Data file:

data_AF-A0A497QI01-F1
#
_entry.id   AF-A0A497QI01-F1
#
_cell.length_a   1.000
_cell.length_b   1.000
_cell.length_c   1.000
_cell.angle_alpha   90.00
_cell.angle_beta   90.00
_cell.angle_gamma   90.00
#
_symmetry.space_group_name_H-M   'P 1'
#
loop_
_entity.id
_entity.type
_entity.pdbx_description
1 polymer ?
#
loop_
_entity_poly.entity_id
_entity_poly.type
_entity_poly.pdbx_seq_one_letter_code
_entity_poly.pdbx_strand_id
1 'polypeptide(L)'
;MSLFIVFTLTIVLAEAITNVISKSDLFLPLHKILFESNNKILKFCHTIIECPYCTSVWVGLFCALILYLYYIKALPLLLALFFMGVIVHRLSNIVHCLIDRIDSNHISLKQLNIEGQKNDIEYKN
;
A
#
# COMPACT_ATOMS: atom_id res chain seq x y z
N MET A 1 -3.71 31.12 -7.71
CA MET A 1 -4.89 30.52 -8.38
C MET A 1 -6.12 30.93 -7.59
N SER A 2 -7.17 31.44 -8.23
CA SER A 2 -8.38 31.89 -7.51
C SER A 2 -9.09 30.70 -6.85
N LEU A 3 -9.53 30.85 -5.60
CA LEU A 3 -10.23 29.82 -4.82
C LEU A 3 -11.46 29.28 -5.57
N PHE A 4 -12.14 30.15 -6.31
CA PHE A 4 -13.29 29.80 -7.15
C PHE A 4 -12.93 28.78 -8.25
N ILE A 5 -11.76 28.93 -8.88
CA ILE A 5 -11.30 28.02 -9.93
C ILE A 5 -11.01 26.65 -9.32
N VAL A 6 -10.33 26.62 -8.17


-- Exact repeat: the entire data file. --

data_AF-A0A497QI01-F1
#
_entry.id   AF-A0A497QI01-F1
#
_cell.length_a   1.000
_cell.length_b   1.000
_cell.length_c   1.000
_cell.angle_alpha   90.00
_cell.angle_beta   90.00
_cell.angle_gamma   90.00
#
_symmetry.space_group_name_H-M   'P 1'
#
loop_
_entity.id
_entity.type
_entity.pdbx_description
1 polymer ?
#
loop_
_entity_poly.entity_id
_entity_poly.type
_entity_poly.pdbx_seq_one_letter_code
_entity_poly.pdbx_strand_id
1 'polypeptide(L)'
;MSLFIVFTLTIVLAEAITNVISKSDLFLPLHKILFESNNKILKFCHTIIECPYCTSVWVGLFCALILYLYYIKALPLLLALFFMGVIVHRLSNIVHCLIDRIDSNHISLKQLNIEGQKNDIEYKN
;
A
#
# COMPACT_ATOMS: atom_id res chain seq x y z
N MET A 1 -3.71 31.12 -7.71
CA MET A 1 -4.89 30.52 -8.38
C MET A 1 -6.12 30.93 -7.59
N SER A 2 -7.17 31.44 -8.23
CA SER A 2 -8.38 31.89 -7.51
C SER A 2 -9.09 30.70 -6.85
N LEU A 3 -9.53 30.85 -5.60
CA LEU A 3 -10.23 29.82 -4.82
C LEU A 3 -11.46 29.28 -5.57
N PHE A 4 -12.14 30.15 -6.31
CA PHE A 4 -13.29 29.80 -7.15
C PHE A 4 -12.93 28.78 -8.25
N ILE A 5 -11.76 28.93 -8.88
CA ILE A 5 -11.30 28.02 -9.93
C ILE A 5 -11.01 26.65 -9.32
N VAL A 6 -10.33 26.62 -8.17